Hello there! Did you know that our kitchen is finished? Yes – I finally taught myself how to sew, which meant I could finally make shades and finish the project!
Here’s a quick reminder of what it looked like before:
It’s just a wee bit different now.
Just about everything is new. We kept the same layout (in an effort to keep the cost down), and only the wood trim and the beat-up maple floor remain (we tell people it’s “charmingly rustic”).
You may remember that we (OK, me – I’m taking 90% of the credit on this one) tiled the backsplash. I’ve had a few people asking about the process, wanting to know if it’s very difficult. I’m happy to say that it was pretty simple! Neither of us had tiled before, but I’ve seen it on TV. If people on Trading Spaces could do it, I was pretty sure I could handle it. ;) The tile store gave us a sheet of paper with instructions, the tools we needed, and we were set.
We used a manual tile cutter (a little device that scores each tile), and a handheld tile saw. A clamp is helpful too (check out our fancy tools). Our arms were pretty tired by the end of the project, so I’d recommend spending the extra money and renting a wet saw. The most difficult part of the process was applying the silicone caulk between the tile and the countertop. Dang, that was tricky! I’m not bad with caulk, but silicone is goopy. Oh, it also has the added benefit of smelling terrible. We kept wiping it off and starting over until I finally figured out the trick… Pushing the caulk gun instead of pulling it made a much cleaner line, which you can then smooth with your finger (dip it in water first). Lastly (and this is the important part), you come back the next day with a razor and spend four hours cleaning up the scraggly bits. Ugh.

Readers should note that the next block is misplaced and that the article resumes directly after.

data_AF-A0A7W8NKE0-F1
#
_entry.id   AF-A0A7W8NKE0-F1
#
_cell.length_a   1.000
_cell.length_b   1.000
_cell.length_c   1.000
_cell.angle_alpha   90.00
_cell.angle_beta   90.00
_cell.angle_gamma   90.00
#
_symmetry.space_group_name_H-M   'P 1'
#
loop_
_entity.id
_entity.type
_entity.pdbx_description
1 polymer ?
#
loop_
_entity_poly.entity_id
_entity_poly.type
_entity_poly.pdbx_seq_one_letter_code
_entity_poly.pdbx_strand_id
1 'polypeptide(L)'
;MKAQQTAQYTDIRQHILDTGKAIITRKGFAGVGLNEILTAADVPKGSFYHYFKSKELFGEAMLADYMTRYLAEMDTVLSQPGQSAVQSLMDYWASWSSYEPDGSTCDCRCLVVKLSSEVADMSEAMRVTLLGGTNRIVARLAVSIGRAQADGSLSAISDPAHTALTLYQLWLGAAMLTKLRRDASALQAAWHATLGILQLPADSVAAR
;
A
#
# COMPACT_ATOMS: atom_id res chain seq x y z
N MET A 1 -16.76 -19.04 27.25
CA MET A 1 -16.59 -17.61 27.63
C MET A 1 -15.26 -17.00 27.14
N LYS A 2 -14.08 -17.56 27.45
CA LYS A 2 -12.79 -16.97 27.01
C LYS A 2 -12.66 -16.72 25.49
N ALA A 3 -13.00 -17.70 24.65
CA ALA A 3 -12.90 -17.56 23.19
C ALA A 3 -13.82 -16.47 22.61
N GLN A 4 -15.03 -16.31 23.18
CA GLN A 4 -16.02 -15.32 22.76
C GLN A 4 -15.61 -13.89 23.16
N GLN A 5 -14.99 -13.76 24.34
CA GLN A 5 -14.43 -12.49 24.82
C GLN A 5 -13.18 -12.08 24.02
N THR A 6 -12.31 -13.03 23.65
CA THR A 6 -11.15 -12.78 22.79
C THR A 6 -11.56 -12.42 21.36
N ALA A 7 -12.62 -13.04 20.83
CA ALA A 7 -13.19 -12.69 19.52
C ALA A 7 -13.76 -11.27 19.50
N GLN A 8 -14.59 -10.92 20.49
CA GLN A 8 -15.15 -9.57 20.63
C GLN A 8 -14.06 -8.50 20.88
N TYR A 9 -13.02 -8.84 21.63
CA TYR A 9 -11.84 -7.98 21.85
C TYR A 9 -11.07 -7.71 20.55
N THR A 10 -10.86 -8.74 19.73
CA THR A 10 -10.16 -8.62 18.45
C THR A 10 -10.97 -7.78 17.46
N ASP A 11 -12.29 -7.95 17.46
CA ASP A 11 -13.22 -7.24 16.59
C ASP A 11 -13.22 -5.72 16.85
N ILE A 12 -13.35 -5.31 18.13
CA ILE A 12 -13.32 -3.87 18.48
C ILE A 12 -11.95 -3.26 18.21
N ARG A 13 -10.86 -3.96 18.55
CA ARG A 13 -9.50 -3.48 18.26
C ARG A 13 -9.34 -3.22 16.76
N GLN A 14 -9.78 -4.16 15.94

Back to sewing…
Originally, I had wanted Roman shades for the kitchen windows. I quickly abandoned that idea when I remembered that I’ve never sewn before, so I decided to try my hand at something easier. I made pole pocket panels that were the same size as each window, and hung them with tension rods. I gathered the fabric, making soft folds (you could hold them in place with binder clips, which I only realized after making Brandon hold the first two panels for me). Then I looped ribbon over the top and tied into bows along the bottom. Easy peasy!
I feel like I should have something profound to say about remodeling a kitchen, but I don’t. I’m just glad that we’re done.